Before the year 2000, Ohio adopted graduated driver licensing (GDL) for the young drivers in the state. The program has been adopted by many states in the U.S., as it has been shown to drastically reduce the rate of crashes among teens. The basic idea of graduated driver licensing is to extend the process of driver-license acquisition, by gradually ceding in stages all of the privileges and responsibilities of an unrestricted driver’s license. In Ohio, there are three stages.
Summary of Graduated Driver Licensing
In Ohio, young, prospective drivers can begin their driver training in the middle of their 15th year. They begin with a driver education requirement, as well as a temporary permit. The permit allows the owner to drive under the supervision of a licensed driver over 21 years old, such as a driving instructor or a parent. This allows for the driving component of the driver education course, as well as the behind-the-wheel training required for the probationary license.
Six months after the acquisition of an Instruction Permit, student drivers become eligible for the probationary license. In order to acquire one, drivers must finish their driver education courses, with 24 hours of classroom experience and eight hours of driving practice under the supervision of a driving instructor. In addition, they must also finish practicing with their guardian or parent supervisor. The requirement is 50 hours, which the supervisor will attest to in writing at the Department of Transportation test site. The form, called a fifty hour affidavit, is available on the Bureau of Motor Vehicles website.
Once at the test site, drivers will be required to take the road test. If they pass, they will receive the probationary license. In many ways, the Probationary License grants the privileges of a full operator’s license; however, there are some constraints.
For example, 16-year-old drivers are limited to driving on their own between 6 a.m. and midnight. In the presence of a parent or guardian, minors can drive at any time. There are some exceptions to this rule, as in the case of work-related activities. Driving to and from work is the most notable example of this. Once drivers turn 17, they can drive between 5 a.m. and 1 a.m., two hours longer than 16-year-olds. Passengers are also restricted. 16-year-olds can only transport one passenger at a time without a guardian in the vehicle; 17-year-olds are restricted to as many passengers as there are additional safety belts. If there are four safety belts, total, in the vehicle, then only 3 passengers are allowed.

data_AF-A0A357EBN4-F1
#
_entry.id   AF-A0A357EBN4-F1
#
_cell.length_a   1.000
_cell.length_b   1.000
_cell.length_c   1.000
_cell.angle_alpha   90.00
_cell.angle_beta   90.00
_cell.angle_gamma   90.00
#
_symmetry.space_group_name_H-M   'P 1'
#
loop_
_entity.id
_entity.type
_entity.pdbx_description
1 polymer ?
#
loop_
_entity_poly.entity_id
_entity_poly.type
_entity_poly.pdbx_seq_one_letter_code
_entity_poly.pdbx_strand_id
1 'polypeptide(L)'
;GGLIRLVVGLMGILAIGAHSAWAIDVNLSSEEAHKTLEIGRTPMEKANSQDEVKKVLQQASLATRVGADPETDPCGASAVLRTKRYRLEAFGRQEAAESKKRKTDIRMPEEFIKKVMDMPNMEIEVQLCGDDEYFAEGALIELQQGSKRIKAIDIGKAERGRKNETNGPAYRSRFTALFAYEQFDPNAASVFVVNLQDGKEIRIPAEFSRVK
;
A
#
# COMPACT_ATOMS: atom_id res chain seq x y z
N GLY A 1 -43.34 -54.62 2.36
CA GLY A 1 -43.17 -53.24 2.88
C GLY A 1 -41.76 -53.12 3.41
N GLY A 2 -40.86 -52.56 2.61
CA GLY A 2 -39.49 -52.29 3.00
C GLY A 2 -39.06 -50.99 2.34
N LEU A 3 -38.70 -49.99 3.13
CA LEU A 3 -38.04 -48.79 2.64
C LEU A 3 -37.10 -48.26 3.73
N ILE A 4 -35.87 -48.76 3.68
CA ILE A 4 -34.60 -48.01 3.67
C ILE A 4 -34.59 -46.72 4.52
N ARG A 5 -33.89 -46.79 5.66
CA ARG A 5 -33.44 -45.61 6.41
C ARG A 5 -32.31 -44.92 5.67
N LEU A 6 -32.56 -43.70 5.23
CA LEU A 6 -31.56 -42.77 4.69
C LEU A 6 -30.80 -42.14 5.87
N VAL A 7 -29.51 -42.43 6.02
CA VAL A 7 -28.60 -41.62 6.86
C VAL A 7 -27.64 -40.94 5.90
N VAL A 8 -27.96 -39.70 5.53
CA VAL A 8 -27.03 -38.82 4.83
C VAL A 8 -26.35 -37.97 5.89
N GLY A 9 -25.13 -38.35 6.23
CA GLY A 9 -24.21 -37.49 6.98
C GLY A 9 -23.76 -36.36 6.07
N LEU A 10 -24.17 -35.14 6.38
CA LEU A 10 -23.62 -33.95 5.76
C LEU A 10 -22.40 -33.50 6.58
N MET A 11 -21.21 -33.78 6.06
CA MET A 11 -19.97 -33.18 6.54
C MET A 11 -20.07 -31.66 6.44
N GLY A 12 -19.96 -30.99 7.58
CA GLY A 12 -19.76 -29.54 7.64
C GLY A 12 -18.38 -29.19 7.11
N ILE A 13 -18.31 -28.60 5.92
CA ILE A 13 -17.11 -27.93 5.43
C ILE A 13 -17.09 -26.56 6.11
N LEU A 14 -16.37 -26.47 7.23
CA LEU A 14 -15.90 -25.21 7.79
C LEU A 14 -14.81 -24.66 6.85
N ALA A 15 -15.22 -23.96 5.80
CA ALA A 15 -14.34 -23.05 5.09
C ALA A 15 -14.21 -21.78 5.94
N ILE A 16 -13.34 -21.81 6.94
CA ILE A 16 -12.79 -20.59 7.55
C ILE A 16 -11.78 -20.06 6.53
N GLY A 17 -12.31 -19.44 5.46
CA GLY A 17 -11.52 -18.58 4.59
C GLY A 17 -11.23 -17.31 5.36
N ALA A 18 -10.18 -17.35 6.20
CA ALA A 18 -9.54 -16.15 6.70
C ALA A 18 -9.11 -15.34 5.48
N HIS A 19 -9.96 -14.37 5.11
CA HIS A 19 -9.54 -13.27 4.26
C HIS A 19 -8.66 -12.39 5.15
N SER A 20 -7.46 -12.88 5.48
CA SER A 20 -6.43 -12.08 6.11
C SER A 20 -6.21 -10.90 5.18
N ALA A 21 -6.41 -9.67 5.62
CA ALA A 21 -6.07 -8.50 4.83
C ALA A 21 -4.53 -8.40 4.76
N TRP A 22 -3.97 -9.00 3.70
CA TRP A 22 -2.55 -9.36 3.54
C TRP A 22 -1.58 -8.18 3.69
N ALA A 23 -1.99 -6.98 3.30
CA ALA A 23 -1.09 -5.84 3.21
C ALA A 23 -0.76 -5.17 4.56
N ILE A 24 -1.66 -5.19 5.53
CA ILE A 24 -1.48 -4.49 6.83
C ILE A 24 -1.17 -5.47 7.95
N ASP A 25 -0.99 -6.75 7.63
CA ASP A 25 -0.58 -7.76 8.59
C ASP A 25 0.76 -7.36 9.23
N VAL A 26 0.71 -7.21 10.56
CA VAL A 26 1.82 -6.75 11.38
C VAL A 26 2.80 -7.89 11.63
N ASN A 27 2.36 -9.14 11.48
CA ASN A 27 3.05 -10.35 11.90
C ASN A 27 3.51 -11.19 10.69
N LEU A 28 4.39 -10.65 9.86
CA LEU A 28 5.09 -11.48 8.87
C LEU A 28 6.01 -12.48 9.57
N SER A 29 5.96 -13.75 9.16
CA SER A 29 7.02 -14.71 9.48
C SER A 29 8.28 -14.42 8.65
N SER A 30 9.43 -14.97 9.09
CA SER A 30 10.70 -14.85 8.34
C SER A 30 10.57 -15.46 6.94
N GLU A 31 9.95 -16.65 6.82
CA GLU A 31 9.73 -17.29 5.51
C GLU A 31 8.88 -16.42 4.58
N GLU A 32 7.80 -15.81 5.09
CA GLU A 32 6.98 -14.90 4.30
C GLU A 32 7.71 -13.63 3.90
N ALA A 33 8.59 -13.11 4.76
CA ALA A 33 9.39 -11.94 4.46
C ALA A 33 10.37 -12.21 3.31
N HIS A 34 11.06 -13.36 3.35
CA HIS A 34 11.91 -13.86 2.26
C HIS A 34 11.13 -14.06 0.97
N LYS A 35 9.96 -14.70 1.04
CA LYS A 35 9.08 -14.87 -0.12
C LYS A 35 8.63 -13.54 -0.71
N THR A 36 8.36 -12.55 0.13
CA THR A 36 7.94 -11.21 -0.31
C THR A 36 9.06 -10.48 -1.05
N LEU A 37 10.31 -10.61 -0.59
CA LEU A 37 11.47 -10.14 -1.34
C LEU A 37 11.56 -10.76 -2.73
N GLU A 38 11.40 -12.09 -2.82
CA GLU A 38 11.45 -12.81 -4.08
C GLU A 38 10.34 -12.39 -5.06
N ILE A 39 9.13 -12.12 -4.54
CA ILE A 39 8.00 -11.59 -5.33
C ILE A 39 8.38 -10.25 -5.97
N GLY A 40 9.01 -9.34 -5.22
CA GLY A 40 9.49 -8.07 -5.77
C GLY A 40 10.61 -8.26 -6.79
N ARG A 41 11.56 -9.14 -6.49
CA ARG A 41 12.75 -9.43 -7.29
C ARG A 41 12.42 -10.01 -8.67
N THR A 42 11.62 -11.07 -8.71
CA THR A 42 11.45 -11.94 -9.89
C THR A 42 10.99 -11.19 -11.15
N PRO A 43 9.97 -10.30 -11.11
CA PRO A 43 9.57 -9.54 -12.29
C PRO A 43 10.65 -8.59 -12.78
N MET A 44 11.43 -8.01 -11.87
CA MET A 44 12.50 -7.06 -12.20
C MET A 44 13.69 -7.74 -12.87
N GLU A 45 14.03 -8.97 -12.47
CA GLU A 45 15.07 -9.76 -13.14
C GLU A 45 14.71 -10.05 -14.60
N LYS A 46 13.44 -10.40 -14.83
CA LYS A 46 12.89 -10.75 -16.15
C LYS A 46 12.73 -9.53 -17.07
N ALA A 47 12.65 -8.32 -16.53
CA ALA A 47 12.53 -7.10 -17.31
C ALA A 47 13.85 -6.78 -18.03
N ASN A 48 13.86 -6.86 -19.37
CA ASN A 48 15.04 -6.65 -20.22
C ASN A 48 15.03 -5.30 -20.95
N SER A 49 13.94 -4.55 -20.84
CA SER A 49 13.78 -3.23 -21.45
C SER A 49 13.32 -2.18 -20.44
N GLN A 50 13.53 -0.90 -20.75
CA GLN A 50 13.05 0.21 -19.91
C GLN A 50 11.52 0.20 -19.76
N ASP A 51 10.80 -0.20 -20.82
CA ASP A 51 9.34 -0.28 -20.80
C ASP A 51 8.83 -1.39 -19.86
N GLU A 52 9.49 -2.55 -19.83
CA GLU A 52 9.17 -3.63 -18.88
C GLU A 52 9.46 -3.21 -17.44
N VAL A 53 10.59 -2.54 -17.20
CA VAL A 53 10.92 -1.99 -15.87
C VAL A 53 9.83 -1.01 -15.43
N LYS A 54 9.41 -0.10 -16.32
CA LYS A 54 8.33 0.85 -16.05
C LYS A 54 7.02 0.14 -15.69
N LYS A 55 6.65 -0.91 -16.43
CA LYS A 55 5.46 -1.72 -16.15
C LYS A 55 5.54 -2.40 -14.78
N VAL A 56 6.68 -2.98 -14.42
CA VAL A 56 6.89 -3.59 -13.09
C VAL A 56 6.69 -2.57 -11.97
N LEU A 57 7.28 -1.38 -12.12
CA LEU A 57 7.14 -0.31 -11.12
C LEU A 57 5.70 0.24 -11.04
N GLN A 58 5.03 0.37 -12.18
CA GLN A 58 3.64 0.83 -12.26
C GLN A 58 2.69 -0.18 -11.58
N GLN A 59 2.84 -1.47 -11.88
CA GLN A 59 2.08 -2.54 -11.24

At 18, the probationary license is invalidated, and a regular driver’s license may be issued.
Helpful Links for Teen Drivers and Parents
Before going to the BMV to acquire an instruction permit, be sure you have all the identifying documentation necessary. You need to prove your name, date of birth, social security number, U.S. citizenship or legal status, and residence in Ohio. Follow the link to see what documents you can use for proof.
Acceptable Documents List
For additional information, including recent updates to the law, you can visit the Bureau of Motor Vehicles website.
At the above website, there is also an agreement that tends to help develop the rules regarding the parent/teen relationship for driving instruction. It sets a number of basic expectations, as well as sets the stage for some helpful discussions. It also incorporates a number of the most vital lessons to be taught throughout the duration of the behind-the-wheel experience.
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by Enoch Morrison | Last Updated: January 9, 2019